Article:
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This is the US.

As far as I'm aware as a single person you have a $250,000 capital gains exemption if I lived in the house two of the past five years. I'm planning on moving out of my primary residence and renting it but prior to doing so would like to "up" the basis while it's still my primary as I currently have around $200,000 in equity and am approaching the $250,000 limit. To keep it easy let's say I purchased the property for $100,000 and it's now worth $300,000.

  • Could I sell it to a family member at fair market value, $300,000. They hold it for a few months then sell it back to me at fair market value ~$305,000. No one pays any real capital gains and my basis is now "upped" to $300,000.
  • Could I somehow do the same with an LLC so I don't involve a family member. Do I legitimately have to have and move the money? I could get a mortgage but it adds cost.
  • Can I use an attorney who does explicitly the above? I assume these services exist. They would draw up a contract to sell it back to me.

The thought is now that my basis is upped to $300,000 if I sell it down the road for $500,000 while it's a rental I only owe capital gains on $200,000 vs $400,000. If I decide to move back in for 2 years I can now go all the way to $550,000 without ANY capital gains vs $350,000.

Edit: This was flagged as a duplicate. In the other question they were talking about gifting it to parent. In this question I am selling it for fair market value and purchasing it back. These would be legitimate transactions with legitimate exchange of money. We would also wait out any statutory required amount of time.

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  • do they have a spare $300K? getting a mortgage takes time and money. Aug 11 at 19:27
  • @mhoran_psprep - Let's say we both do. Ideally we'd rather somehow do it without a physical exchange of money (I can do a private mortgage or something) but if that makes it 'work' we can move 300k around. Aug 11 at 19:30
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    Not really moving the money is the thing that will get you in trouble. The IRS won't consider it a real transaction. Aug 11 at 19:45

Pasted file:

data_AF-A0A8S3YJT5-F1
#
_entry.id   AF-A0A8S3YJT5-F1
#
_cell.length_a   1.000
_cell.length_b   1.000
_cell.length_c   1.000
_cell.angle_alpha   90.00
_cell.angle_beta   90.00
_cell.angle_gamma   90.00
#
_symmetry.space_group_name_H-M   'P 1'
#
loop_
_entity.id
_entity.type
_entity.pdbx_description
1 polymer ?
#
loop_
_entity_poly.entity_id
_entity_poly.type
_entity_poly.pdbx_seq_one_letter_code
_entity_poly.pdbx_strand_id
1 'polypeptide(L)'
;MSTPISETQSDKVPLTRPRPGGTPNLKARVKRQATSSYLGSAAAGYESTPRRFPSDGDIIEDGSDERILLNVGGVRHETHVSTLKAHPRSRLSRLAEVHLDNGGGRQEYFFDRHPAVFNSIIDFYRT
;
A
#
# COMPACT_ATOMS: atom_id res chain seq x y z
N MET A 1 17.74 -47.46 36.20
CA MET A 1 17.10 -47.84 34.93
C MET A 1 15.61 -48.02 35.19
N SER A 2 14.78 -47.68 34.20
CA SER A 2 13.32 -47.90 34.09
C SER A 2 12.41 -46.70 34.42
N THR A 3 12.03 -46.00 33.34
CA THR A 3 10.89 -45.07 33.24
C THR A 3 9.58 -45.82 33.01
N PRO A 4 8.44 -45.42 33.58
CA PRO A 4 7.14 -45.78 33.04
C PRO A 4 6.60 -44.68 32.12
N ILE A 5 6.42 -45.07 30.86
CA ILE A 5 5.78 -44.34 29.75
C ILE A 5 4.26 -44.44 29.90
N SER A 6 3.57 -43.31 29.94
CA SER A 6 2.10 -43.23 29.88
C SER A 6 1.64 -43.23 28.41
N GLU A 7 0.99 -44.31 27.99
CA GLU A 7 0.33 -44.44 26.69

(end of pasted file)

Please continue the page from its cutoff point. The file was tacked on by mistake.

• @mhoran_psprep That makes sense. It's a shame you have to have the money to do this in the first place. Aug 11 at 19:56
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    Read up on the step-transaction doctrine. Even if you have the money, the IRS is not going to believe that you were legitimately selling your house for any reason other than to buy it back later for a higher cost basis, so they are going to reject your claimed cost basis.
    – chepner
    Aug 11 at 20:23
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I closed as a duplicate. (It was re-opened by vote, as we often do here) The step transaction doctrine is key. Selling and buying back from a non-arms-length party is trying to game the system and would fail in an audit. Let's see what others say.

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  • Thanks for the legalese. It seems given time some of this is up for interpretation and there's "safer" ways to do it. This one discusses backdoor Roth and the IRS confirmed that "12 months is sufficient" kitces.com/blog/… Aug 12 at 0:03
  • Who's to say you really didn't sell it to your brother who legitimately rented it for a year or two and then you decided to buy it back because he was tired of being a landlord. I think given enough time it becomes greyer and grayer. Especially with a good attorney on your side. Aug 12 at 0:05
  • But I agree, it's best to plan some of this stuff with an attorney. Corporations do WAY worse in terms of tax avoidance. Aug 12 at 0:06
  • All due respect, I know Michael Kitces. I have literally hugged him in person. And he is smarter that I’ll ever be. It’s a matter of surviving an audit, as are most tax questions. “I have no receipt from charity, only my cancelled check”. “Good luck if you are audited” something like that. (To close on Michael's article, it was written at a time of uncertainty about a specific issue, the BackDoor Roth. The IRS has confirmed there is no required wait time in that case. The article is fine, but outdated. I maintain this (your situation) is no different than same Step Transaction issue. Aug 12 at 0:15

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